The Gospel


This past week the seminary where I am doing my doctoral work, United Lutheran Seminary (formally Lutheran Theological Seminary at Philadelphia and Lutheran Theological Seminary at Gettysburg), hosted the 40th annual Urban Theological Institute. One of their speakers was Rev. Dr. Howard-John Wesley of Alfred Street Baptist Church. During one of his lectures he said:

“A lot of movements had a whole lot of Bible and very little gospel. Historically we have seen it’s possible to preach the Bible and not proclaim the gospel, that is, the good news of God. The bible without the gospel is dangerous. The preaching of the Bible without grounding in the gospel has led to some of the worst human atrocities. Slavery had bible, but no gospel. White supremacy has bible but no gospel, manifest destiny, the holocaust, Israeli occupation of Palestine, apartheid, the subjugation of women, the oppression of our lgbtqia siblings in Christ – all have Bible but no gospel.” (excerpt from Pastor Davis sermon on the same lecture. Full lecture from Dr. Wesley here. The Bible without the Gospel? I wonder if that is part of the reason we find ourselves in the predicament where we struggle with denouncing White supremacy or recognizing how the church has historically harmed so many people in the name of Christ. Could this be the difference between just doing what was done in the Bible verses living the Gospel truth of Christ’s proclamation to love all, honor all, and harm none? In his lecture, Wesley does make this distinction between repeating the Bible and proclaiming the Gospel. To ground ourselves in the Gospel we need to admit a few things. We need to admit our sinful selves and the need for Jesus to be our savior and source of not just strength but also our source of grace. We need to admit that we can no longer stand idle or silent when injustices are occurring all around us. We need to admit that a church in this twentieth year of the 21st Century needs prophetic voices of justice that call to turn the world upside down so that the message of the Gospel is not just heard but is lived. It is hard to hear, but there is no doubt in the truth of Dr. Wesley’s point that “the Bible without grounding in the gospel has led to some of the worst human atrocities.” So the bible without the Gospel is dangerous on so many levels. A Gospel without action is missing the point of the life of Christ and the message of Dr. Wesley. I think if we are going to see ourselves through this disturbing phase of world history we need to collectively live the Gospel truth of love and grace. The challenge that faces us is how do we live this love in a world that shouts over one another. Perhaps we just shut up for a moment and listen. Not to those shouting nonsense and hatred, but to the voices that have for centuries been crying out in pain. Listen to their stories, their voices. Perhaps we might just begin to hear the Gospel and find a path forward into a more profoundly grace filled world.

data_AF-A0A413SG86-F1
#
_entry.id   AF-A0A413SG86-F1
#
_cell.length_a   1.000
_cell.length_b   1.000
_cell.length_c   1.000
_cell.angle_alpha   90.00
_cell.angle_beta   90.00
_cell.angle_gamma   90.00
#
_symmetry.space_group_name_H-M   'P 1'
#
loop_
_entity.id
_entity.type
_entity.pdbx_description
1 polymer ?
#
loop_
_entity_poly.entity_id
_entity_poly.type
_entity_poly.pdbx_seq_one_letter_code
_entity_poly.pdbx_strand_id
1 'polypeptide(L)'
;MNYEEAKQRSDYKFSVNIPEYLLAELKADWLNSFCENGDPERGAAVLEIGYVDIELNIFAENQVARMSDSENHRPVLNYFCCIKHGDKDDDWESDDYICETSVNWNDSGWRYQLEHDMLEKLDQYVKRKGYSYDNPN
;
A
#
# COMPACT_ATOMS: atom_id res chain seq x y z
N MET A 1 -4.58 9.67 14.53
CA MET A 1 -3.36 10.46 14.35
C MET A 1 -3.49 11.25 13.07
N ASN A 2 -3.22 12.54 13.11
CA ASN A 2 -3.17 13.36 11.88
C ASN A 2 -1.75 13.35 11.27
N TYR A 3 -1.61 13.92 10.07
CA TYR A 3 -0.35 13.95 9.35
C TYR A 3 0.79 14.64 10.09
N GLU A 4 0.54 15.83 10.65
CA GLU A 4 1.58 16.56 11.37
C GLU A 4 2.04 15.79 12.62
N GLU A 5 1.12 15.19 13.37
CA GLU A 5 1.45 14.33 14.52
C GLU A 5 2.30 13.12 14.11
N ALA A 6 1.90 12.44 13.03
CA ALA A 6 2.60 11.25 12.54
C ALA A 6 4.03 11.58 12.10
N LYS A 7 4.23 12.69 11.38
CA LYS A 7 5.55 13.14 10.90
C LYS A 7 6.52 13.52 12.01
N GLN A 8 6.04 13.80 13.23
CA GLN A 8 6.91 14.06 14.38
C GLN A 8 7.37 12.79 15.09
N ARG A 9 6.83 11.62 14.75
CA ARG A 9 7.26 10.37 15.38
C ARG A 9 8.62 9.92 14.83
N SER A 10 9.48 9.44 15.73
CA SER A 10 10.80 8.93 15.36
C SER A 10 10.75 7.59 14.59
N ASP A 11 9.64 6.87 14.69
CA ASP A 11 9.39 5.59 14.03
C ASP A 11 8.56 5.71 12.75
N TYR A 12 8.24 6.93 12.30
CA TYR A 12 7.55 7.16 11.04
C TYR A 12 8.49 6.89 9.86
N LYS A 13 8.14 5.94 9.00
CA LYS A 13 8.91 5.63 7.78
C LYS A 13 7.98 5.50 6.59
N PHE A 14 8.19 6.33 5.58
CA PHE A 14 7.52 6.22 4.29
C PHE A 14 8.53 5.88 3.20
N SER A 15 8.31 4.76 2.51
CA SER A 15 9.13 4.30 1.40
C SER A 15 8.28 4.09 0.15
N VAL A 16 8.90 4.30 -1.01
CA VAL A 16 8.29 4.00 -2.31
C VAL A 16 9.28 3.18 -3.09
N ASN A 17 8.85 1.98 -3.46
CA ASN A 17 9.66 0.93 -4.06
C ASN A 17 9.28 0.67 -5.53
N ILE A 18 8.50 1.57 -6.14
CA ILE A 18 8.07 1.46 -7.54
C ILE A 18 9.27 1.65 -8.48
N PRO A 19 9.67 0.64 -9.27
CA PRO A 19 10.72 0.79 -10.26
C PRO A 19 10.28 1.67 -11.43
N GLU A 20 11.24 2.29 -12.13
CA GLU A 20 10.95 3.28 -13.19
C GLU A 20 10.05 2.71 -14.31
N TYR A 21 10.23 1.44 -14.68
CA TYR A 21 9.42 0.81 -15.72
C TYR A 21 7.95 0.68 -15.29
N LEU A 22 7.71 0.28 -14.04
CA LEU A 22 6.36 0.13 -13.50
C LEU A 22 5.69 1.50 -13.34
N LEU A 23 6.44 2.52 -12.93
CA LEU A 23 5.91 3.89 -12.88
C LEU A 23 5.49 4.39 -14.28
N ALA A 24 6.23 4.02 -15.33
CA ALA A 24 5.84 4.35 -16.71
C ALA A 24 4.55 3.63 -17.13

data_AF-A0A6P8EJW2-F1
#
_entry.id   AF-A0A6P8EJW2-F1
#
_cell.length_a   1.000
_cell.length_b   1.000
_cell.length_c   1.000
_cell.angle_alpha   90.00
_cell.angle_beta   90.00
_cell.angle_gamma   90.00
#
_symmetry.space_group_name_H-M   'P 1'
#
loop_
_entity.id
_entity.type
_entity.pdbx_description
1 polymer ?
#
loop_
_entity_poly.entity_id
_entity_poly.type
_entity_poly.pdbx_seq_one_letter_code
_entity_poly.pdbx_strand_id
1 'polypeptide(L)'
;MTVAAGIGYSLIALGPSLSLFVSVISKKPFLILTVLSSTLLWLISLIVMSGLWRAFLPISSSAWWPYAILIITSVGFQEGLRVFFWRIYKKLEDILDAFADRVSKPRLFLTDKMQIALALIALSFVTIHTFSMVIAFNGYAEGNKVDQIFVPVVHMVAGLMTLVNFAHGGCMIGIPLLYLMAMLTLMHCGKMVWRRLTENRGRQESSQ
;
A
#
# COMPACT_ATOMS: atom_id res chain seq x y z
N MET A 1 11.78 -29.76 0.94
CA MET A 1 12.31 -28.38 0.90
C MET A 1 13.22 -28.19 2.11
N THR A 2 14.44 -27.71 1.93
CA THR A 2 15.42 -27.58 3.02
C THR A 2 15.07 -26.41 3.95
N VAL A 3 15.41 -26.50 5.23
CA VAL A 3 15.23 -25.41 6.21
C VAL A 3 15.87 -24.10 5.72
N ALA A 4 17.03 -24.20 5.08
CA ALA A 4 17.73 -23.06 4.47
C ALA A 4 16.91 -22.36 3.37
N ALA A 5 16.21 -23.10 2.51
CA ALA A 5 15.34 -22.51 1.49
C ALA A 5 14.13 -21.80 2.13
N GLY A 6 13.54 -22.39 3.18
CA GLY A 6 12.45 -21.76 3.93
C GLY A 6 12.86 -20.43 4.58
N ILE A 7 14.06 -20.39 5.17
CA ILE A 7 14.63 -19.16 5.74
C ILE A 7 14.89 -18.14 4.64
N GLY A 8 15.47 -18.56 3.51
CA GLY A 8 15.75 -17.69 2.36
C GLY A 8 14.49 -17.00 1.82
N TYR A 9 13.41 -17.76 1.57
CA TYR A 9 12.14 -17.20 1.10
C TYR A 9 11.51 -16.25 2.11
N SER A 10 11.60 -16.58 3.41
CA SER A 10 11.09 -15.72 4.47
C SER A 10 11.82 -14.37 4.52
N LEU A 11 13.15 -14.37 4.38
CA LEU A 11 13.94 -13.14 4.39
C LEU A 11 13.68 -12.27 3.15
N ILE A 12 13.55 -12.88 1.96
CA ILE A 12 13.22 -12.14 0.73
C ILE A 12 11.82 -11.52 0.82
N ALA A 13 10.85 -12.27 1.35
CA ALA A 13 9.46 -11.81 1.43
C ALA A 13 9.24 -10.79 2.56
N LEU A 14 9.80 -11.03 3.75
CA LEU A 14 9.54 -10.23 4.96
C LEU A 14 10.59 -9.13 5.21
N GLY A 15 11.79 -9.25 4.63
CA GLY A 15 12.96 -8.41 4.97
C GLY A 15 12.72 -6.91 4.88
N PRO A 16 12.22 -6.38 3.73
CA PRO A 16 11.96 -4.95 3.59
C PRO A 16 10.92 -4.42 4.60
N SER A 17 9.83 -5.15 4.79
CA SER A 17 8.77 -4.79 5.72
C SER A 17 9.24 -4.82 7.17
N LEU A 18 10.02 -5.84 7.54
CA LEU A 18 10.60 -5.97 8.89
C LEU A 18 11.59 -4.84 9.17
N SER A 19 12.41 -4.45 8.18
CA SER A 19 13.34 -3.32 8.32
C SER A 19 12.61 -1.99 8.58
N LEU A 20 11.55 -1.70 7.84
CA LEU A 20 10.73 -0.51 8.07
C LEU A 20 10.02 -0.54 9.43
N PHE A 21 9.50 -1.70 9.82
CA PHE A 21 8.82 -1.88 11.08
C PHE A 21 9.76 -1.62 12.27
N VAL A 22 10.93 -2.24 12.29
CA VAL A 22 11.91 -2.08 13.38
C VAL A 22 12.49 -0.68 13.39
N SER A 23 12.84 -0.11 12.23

Yours in Christ,

Pastor Jason

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St. Stephen's 

Lutheran Church

To Love, To Invite, To Serve

 

1301 N Broom Street Wilmington, DE 19806

302-652-7623  office@ststeph.org

As a Reconciling in Christ congregation of the ELCA, we believe that the gospel is God's gift to all people, shared unconditionally and without regard to race, gender identity, sexual orientation, socio-economic or family status, age, physical or mental abilities, outward appearance, or religious affiliation. We seek to live the truth written in Ephesians that Christ breaks down the dividing walls between us and makes us one.

 

© 2020 St. Stephen's Lutheran Church. All rights reserved.

St. Stephen's Lutheran Church

1301 N Broom Street, Wilmington, DE 19806

302-652-7623 office@ststeph.org

 

We are a congregation of the Evangelical Lutheran Church in America (ELCA) and the Delaware-Maryland Synod.

 

 

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